BY SCOTT WILLIAMS
The Romantic period in American literature is influenced by cultural and historical issues, among others by Occult movements like Spiritualism and Mesmerism. Mesmerism, or sometimes referred to as animal magnetism (animal meaning as breath or a life force; nowadays the phrase has a meaning of sex appeal), was a healing method claimed by Dr. Franz Anton Mesmer. Mesmer believed that magnetic fluid consistent in every human being, is influenced by the moving of the moon, the sun and the stars and it can be used in healing. His claims and results of experiments where however never scientifically proved to be trustworthy and he himself transformed the hypnosis session into a spectacle-like experience, jumping around in his robe and performing the magic of magnetism on fairs, like frauds often did.
In Poe´s time mystical ideas were very popular and articles about Mesmerism could be found in newspapers. Poe saw Mesmerism as an "illuminating force" that is capable of binding the mind and body. He has discussed the topic in: “Mesmeric Revelation,” “A Tale of the Ragged Mountains” and “The Facts in the Case of M. Valdemar.”
“The Facts in the Case of M. Valdemar” is a fiction novel, where the narrator is going to hypnotise his dying friend M. Valdemar, who will stay in mesmeric trance also post mortem. Experiment of such kind had never been conducted before, so the results were completely unexpected to every participant. Mesmerism was meant to relieve symptoms of illnesses and heal the patient. As M. Valdemar however was in the state of dying, mesmerised 24 hours before his expected death, the hypothesis of the experiment was to separate the mind from the body and the aim to see how long and to what extent death could be postponed.
Dr. Franz A. Mesmer claimed that “animated bodies are not all equally susceptible; in a few instances they have such an opposite property that their presence is enough to destroy all the effects of magnetism upon other bodies.” M. Valdemar is said to have been of nervous temperament, which rendered him a good subject for such an experiment. Therefore it is unknown, whether analogous experiment with a different, more dull natured subject would have had similar results. The experiment itself and the reactions of the subject in trance are described in the following paragraphs.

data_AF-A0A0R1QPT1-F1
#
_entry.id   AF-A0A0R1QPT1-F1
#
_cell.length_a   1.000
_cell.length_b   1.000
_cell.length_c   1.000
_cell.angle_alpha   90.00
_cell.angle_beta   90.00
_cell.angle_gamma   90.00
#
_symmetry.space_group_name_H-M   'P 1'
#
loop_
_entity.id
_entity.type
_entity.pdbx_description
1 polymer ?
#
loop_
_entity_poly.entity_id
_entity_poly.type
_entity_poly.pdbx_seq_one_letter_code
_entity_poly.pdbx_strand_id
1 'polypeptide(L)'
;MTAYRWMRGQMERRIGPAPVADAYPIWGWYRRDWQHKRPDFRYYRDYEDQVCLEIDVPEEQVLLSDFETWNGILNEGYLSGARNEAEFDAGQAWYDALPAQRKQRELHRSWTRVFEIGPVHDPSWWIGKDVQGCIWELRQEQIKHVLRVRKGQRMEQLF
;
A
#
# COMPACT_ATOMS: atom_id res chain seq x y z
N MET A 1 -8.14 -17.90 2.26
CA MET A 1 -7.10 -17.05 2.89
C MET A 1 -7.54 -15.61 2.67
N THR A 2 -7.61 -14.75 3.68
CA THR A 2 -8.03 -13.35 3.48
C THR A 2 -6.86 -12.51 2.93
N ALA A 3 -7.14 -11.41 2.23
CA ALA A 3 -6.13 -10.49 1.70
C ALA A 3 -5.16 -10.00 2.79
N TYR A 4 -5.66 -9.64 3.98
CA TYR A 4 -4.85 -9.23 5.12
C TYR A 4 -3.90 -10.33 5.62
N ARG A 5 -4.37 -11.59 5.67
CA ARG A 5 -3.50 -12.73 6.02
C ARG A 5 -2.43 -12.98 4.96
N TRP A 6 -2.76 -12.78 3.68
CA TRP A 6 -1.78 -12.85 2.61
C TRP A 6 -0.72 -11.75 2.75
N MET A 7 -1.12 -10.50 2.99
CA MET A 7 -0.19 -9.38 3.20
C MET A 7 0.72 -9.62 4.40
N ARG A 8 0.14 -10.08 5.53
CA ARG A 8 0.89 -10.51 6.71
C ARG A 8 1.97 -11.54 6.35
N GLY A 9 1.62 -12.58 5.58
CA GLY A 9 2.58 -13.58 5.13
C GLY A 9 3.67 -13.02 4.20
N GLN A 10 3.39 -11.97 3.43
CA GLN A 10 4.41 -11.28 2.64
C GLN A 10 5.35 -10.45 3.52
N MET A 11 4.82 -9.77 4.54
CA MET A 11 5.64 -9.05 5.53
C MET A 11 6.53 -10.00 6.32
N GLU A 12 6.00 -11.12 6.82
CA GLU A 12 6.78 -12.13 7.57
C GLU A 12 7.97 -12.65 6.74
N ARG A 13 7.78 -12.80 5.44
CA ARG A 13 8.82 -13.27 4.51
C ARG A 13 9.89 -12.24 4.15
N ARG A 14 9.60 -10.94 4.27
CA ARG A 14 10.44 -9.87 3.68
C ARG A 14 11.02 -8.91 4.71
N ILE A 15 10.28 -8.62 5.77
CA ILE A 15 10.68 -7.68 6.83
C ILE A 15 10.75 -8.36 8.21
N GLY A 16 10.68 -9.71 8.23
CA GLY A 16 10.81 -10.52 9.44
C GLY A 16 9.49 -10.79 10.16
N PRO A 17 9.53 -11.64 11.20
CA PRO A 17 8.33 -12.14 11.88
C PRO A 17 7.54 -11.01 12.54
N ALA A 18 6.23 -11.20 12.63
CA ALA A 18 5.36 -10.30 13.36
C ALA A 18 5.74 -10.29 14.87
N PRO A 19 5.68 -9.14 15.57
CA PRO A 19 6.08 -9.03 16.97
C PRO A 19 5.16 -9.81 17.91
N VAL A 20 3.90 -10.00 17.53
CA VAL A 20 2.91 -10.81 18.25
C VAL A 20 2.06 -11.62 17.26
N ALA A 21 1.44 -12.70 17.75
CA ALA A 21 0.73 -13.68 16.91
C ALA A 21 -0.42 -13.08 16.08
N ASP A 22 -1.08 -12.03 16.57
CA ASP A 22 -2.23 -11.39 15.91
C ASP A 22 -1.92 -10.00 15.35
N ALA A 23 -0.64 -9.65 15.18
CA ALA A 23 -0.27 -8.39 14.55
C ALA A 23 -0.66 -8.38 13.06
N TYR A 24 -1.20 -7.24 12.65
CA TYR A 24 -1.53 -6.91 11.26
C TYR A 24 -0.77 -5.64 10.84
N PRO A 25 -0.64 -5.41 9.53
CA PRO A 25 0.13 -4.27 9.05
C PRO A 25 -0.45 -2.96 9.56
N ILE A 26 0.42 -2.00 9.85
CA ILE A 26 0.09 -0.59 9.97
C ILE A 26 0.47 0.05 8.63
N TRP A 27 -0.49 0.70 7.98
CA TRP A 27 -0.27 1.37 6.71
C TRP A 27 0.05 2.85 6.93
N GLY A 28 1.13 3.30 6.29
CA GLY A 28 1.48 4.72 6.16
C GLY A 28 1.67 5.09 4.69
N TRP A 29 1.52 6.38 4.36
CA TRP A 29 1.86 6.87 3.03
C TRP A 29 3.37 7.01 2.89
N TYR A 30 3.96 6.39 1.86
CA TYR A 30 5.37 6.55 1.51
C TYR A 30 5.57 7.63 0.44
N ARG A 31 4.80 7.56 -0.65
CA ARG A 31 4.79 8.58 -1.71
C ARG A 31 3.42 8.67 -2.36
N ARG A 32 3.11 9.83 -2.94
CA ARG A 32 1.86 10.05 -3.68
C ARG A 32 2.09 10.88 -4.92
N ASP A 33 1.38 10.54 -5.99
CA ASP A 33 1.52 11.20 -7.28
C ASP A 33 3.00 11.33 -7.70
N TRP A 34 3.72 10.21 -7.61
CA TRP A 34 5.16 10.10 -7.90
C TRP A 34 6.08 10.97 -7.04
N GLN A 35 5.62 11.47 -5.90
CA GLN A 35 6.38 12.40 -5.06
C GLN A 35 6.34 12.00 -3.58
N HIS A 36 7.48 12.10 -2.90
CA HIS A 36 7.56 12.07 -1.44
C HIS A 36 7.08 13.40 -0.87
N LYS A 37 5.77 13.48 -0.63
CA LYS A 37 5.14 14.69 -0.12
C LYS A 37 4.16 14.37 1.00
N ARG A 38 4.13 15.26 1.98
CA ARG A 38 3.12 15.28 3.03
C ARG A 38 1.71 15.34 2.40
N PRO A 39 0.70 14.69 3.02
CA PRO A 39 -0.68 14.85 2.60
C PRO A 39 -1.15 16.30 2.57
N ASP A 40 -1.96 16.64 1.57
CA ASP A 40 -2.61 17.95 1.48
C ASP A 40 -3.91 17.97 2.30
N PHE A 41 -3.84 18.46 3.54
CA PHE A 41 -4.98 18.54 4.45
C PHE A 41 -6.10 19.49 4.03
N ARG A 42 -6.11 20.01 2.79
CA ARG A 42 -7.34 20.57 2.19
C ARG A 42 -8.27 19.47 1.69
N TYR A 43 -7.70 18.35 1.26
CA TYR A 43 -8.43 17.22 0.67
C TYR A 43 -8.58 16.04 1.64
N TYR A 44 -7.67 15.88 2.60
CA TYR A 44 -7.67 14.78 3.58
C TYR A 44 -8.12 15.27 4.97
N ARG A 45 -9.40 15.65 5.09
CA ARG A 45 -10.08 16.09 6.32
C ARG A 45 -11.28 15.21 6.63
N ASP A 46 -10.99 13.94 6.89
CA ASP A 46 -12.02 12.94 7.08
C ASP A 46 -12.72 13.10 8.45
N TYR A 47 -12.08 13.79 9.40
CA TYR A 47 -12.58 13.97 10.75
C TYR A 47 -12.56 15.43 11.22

Before being hypnotised M. Valdemar´s face wore signs of an extreme emaciation, skin was described to have been broken through by the cheek bones. With such remarks, Poe adds some tastes of pure horror to a story seemingly utterly scientific. M. Valdemar´s pulse was barely perceptible but he was speaking clearly and performed some simple tasks unaided. His insides were already in the state of decaying.
After having been mesmerised, the subject turned ice-cold, his limbs rigid. By the look of an eye he seemed to be sleep-waking, gentle but hardly unnoticeable breathing was ascertained. Arm could be moved by waving at it and the limb followed every direction, proving that the subject was in hypnosis and could be controlled. After a few attempts of questioning the subject speaks and answers questions, is aware of his condition. Complains of no pain and states that he is dying and asleep. This means that the man in trance is alive and the believed healing magnetic fluid had indeed caused an effect of relieving symptoms of illness.
However physicians thought death would soon arrive during minutes after M. Valdemar had spoken. His skin turned white like paper, spots on cheeks momentarily disappeared, the jaw fell open and exposed a swollen tongue. The subject of the experiment seemed by all conditions dead. Nevertheless the mentioned tongue vibrated and formed words, confirming that he was now dead indeed. The ghastly voice let out while trying to speak was indescribably horrid. The body was not respiring anymore and attempts to draw blood from the arms failed. In this condition, dead but still mesmerised, M. Valdemar was left for seven months.